loading content..

Dr. Andres F. Rengifo

Professor and Faculty Chair


Ph.D. (2007) City University of New York - Graduate Center; M.A. (2005) John Jay College of Criminal Justice; B.A (2001) Universidad de Los Andes

Office Location

CLJ, 554

Areas of Specialization

Social Control
Communities & Crime
Cross-cultural & Evaluation Research


Andres F. Rengifo, Ph.D is a Professor in the School of Criminal Justice, Rutgers University – Newark. His research explores how crime and crime control are shaped by social factors and institutions, and how the “practice” of justice, social control, and punishment amplify some forms of inequality and create new systems of stratification. His collaborative work on race, neighborhood crime, and corrections/policing reform has appeared in leading journals such as Criminology, Justice Quarterly, and Evaluation Review, among others. Andres has also helped leverage policy change  domestically and abroad as affiliated researcher on topics such police stops, prisoner reentry, and drug treatment at the Vera Institute of Justice and Harvard’s Kennedy School of Government. His current research focuses on the operation of first-appearance/arraignment courts in ten jurisdictions in the United States and Latin America (Colombia, Mexico and Argentina). More specifically, he draws on the direct observation of 1,600+ cases to document how justifications of punishment and rehabilitation by courtroom actors vary across cases and contexts, and how these discourses and debates relate to key dimensions of procedural justice and decisions about charging and bail/pre-trial detention.


Recent & Key Publications

Rengifo, A. F., & Slocum, L.  (2020).   The identity prism: How racial identification frames perceptions of police contact, legitimacy and effectiveness. Law & Social Inquiry.

Rengifo, A. F., & Marmolejo, L. (2020). From action to representation: Indicators of defense performance in a sample of pretrial hearings in Colombia. [in Spanish]. Latin American Law Review, No. 04, 1-23.

Rengifo, A. F., Rouzbahani, D., & Peirce, J. (2020). Court interpreters and the political economy of punishment in three arraignment courts. Law & Policy.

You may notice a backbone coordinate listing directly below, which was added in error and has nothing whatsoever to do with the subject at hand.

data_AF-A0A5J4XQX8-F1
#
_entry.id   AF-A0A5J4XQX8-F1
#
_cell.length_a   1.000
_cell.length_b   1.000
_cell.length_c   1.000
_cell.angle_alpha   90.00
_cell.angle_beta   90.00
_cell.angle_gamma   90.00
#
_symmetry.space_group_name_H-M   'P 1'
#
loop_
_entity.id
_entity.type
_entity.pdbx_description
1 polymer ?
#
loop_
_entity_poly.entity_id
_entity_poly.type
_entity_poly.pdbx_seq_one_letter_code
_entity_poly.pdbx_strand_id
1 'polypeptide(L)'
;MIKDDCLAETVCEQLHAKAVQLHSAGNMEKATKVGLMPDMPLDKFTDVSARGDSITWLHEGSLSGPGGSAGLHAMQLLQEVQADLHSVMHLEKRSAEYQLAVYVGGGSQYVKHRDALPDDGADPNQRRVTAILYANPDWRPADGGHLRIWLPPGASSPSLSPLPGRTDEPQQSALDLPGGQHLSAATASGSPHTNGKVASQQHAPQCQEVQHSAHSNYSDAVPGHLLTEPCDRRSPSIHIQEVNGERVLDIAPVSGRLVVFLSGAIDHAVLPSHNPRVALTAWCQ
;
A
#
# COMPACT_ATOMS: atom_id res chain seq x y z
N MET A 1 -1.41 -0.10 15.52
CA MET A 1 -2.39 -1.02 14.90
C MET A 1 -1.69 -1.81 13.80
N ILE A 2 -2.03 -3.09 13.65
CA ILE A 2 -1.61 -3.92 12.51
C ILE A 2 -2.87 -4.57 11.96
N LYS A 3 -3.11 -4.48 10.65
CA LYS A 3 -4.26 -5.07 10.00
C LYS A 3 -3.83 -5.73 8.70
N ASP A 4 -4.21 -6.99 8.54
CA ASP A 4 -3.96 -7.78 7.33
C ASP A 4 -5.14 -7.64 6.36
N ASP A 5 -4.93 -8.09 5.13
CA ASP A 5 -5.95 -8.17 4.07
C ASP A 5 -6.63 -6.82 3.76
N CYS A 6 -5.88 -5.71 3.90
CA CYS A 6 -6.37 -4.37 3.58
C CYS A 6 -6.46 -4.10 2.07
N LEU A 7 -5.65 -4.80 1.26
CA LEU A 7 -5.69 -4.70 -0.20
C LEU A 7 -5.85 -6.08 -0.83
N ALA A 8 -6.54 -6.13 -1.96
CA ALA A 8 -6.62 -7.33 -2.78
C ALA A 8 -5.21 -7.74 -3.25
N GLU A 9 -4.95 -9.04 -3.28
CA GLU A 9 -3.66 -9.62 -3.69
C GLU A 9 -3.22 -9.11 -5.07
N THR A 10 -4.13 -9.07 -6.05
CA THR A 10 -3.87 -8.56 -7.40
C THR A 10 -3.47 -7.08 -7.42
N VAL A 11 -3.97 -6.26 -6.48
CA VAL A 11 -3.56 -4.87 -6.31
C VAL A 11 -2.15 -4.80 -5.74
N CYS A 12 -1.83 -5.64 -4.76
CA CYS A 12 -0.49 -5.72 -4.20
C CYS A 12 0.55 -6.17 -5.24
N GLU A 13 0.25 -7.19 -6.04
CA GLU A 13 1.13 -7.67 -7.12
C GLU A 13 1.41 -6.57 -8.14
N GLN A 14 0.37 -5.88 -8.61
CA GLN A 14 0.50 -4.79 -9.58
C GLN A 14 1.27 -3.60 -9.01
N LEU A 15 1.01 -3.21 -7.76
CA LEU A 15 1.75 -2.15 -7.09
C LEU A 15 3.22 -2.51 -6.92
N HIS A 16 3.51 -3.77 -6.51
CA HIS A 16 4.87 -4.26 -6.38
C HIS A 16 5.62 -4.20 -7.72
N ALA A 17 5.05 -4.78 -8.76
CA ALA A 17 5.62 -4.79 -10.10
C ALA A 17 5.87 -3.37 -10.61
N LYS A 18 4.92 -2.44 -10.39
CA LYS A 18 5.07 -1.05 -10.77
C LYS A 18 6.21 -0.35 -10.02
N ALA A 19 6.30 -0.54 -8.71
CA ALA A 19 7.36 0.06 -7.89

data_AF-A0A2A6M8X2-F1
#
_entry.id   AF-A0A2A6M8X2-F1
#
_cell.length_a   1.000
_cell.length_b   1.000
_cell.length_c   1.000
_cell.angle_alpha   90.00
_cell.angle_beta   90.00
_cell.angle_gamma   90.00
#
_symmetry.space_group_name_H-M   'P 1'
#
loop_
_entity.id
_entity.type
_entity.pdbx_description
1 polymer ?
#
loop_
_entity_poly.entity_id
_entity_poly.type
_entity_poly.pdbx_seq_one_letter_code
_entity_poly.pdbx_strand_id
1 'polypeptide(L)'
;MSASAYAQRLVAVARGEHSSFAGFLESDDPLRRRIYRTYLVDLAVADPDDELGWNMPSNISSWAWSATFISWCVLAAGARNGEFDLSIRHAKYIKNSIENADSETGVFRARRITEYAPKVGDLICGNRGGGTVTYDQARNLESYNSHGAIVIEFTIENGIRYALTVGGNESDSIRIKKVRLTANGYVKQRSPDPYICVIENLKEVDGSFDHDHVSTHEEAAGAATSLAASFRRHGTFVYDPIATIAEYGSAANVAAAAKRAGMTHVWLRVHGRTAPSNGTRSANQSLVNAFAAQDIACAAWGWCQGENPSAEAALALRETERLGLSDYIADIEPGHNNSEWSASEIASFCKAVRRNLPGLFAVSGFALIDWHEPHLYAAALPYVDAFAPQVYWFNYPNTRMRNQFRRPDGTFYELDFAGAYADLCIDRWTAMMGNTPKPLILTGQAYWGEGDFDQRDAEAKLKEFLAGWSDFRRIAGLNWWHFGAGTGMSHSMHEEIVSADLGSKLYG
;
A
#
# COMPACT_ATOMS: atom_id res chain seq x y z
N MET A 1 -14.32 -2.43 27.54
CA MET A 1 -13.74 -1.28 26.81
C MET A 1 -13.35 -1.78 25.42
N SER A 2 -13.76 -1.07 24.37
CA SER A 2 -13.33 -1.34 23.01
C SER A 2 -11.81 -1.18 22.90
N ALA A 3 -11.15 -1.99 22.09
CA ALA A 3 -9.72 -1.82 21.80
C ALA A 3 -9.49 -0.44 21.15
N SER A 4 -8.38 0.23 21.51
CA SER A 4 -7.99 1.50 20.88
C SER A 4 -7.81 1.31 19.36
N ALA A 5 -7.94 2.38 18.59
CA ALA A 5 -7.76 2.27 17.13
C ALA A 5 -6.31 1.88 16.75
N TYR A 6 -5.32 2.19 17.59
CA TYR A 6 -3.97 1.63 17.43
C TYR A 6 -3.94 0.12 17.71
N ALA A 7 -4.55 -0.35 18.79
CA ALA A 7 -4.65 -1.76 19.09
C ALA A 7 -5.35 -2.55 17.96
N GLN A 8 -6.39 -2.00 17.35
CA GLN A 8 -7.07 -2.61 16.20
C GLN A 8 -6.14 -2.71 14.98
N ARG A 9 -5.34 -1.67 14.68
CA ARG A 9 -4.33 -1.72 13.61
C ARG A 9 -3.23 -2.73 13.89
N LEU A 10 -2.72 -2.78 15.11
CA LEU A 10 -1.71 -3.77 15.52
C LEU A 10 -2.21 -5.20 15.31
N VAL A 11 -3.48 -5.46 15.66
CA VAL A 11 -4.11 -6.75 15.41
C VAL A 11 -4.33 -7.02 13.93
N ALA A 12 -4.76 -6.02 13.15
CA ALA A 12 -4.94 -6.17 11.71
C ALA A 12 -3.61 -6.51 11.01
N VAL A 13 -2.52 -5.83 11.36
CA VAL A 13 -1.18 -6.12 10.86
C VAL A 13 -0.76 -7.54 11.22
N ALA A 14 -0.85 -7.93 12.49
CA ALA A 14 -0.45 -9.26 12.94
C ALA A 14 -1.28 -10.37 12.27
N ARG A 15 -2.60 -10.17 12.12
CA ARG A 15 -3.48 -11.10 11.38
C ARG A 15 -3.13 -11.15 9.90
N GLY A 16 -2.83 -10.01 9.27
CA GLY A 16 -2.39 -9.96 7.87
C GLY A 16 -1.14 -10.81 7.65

Rengifo, A. F.,  & DeWitt, S. (2019).  Incarceration and personal networks. Unpacking meanings and measures of tie strength. Journal of Quantitative Criminology, 35, 393-431.

Rengifo, A.F., Slocum, L.A., & Chillar, V.(2019). From impressions to intentions.  Direct and indirect effects of police contact on willingness to report crimes to law enforcement.  Journal of Research in Crime and Delinquency, 56, 412-450.

Rengifo, A.F., Avila, L. (*), Juan D. Gélvez, J.D.,  Ramírez, L., and Mora, P. (2019). Judicial treatment and pre-trial detention in a sample of arraignment hearings in Bogotá and Cali.  Cuadernos de Economia, 38, 581-608.

Rengifo, A.F., Stemen, D., & Amindon, E. (2017).  When policy comes to town.  Discourses and dilemmas of implementation of a statewide reentry program in Kansas.  Criminology, 55, 603-630.

Rengifo, A.F., & Pater, M.  (2017).  Close call: Race and gender in encounters with the Police by Black and Latino/a youth in New York City. Sociological Inquiry, 87, 337-361.

Rengifo, A.F. (2017).  Local agendas meet global dilemmas: Publicly-engaged criminology in a testing world. The Criminologist, 42, 1-6.

Rengifo, A.F., & McCallin, M. (2017) “You don’t get respect if you give no respect.”  How Black and Latino youth make sense of encounters with police. Sociological Focus, 50, 66-80.

Rengifo, A.F., & Slocum, L. (2016). Community responses to “stop-and-frisk” in New York City: Conceptualizing local conditions and correlates. Criminal Justice Policy Review, 27, 723-746.

Rengifo, A.F., Von Lampe, K., Kurti, M., & Johnson, J. (2016). “I wouldn’t take my chances on the street”: Navigating illegal cigarette purchases in the South Bronx.  Journal of Research in Crime and Delinquency, 53, 654-680.

Rengifo, A.F., & Fowler, K.  (2016)  Stop, question and complain: An analysis of the quality of police interaction and public perception over time & across space. Journal of Urban Health, 93, 32-41.